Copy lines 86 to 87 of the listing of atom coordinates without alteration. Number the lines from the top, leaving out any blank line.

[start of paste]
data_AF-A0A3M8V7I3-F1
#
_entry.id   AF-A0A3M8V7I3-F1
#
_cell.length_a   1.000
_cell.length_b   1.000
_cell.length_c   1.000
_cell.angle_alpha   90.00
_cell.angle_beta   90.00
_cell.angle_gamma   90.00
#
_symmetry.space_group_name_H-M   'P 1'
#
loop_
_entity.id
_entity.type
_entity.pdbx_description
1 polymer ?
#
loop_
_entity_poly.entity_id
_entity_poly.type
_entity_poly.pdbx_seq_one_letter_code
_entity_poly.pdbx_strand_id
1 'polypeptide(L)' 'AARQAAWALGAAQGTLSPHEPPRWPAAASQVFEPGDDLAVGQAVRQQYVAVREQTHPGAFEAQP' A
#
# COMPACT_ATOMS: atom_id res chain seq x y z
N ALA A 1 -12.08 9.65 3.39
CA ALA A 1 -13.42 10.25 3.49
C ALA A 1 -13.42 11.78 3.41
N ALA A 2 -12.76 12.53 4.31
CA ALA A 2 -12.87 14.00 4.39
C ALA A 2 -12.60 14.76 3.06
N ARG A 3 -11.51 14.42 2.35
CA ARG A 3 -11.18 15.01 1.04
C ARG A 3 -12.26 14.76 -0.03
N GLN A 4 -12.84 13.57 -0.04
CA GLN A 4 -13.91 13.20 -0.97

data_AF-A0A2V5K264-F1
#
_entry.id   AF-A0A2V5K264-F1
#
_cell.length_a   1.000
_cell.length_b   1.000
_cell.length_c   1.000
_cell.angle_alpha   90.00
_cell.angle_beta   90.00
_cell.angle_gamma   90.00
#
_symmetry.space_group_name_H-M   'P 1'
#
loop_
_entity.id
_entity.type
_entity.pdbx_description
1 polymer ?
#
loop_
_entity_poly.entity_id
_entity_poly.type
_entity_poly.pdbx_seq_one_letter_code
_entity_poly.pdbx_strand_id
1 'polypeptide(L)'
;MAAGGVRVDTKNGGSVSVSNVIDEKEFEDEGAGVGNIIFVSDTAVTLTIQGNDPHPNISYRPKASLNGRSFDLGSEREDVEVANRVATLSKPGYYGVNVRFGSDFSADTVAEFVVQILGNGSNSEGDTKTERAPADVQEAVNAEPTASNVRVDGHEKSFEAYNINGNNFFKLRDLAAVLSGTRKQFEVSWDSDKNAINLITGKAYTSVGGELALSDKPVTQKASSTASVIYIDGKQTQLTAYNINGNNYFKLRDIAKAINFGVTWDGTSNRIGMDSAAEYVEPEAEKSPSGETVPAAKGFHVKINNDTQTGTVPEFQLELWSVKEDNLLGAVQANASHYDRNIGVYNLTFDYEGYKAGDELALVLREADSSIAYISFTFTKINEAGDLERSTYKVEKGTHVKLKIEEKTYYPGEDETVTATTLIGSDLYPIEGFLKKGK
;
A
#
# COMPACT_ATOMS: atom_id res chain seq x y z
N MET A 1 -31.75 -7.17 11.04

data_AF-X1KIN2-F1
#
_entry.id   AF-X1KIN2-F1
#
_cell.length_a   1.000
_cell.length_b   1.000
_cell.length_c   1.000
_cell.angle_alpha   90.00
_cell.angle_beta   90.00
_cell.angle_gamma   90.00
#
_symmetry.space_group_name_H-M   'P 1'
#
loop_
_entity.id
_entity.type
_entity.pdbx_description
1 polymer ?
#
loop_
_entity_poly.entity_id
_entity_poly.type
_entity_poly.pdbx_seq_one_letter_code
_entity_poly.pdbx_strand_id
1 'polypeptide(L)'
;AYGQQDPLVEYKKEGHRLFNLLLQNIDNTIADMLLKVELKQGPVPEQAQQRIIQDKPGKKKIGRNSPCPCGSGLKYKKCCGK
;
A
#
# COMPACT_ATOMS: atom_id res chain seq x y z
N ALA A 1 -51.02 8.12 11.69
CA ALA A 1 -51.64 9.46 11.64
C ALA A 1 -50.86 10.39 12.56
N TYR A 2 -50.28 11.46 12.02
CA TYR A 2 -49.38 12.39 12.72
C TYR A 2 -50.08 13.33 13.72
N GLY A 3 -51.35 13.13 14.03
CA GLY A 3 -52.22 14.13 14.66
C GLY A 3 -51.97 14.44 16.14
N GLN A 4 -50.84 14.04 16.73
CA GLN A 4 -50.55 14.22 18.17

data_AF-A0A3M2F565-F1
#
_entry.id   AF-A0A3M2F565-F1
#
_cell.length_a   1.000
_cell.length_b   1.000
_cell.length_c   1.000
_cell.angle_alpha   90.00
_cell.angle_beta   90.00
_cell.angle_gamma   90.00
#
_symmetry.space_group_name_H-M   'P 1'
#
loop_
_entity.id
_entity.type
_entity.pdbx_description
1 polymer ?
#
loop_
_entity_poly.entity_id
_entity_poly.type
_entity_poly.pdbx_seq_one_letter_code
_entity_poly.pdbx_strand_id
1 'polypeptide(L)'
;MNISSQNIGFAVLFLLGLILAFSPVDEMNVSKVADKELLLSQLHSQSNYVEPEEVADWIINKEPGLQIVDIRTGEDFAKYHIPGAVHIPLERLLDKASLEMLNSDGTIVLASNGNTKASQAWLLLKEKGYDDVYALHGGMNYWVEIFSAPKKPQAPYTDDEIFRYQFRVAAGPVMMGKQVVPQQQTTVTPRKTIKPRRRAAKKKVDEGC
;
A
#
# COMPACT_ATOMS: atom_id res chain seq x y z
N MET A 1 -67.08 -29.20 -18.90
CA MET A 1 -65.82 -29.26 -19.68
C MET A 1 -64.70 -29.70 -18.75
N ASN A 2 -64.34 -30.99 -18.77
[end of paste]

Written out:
_entity.pdbx_description
1 polymer ?